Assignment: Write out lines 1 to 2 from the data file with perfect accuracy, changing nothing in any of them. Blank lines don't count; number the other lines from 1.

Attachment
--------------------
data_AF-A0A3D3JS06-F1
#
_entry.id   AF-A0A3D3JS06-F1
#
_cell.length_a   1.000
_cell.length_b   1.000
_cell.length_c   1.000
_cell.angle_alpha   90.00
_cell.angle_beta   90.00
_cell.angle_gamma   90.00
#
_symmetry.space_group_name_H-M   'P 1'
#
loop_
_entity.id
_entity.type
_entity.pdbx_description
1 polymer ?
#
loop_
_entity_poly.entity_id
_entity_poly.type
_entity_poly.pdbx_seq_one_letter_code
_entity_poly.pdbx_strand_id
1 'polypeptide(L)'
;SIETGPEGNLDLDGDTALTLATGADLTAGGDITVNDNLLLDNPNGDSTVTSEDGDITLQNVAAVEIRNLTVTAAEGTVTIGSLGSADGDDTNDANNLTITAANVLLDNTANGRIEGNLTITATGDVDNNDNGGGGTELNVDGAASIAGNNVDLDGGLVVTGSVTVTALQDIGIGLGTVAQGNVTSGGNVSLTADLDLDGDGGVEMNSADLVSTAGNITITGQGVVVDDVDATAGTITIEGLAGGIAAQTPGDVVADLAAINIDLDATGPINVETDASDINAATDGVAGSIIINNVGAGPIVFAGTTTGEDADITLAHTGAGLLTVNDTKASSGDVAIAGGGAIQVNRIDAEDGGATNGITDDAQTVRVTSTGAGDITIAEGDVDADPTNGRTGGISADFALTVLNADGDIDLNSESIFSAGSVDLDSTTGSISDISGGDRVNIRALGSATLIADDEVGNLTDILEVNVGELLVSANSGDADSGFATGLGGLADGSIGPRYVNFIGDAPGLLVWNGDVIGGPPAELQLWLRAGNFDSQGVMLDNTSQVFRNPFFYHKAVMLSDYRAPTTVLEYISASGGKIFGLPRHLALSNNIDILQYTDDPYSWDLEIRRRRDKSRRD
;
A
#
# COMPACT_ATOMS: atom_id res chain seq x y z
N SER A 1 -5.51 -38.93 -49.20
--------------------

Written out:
data_AF-A0A3D3JS06-F1
#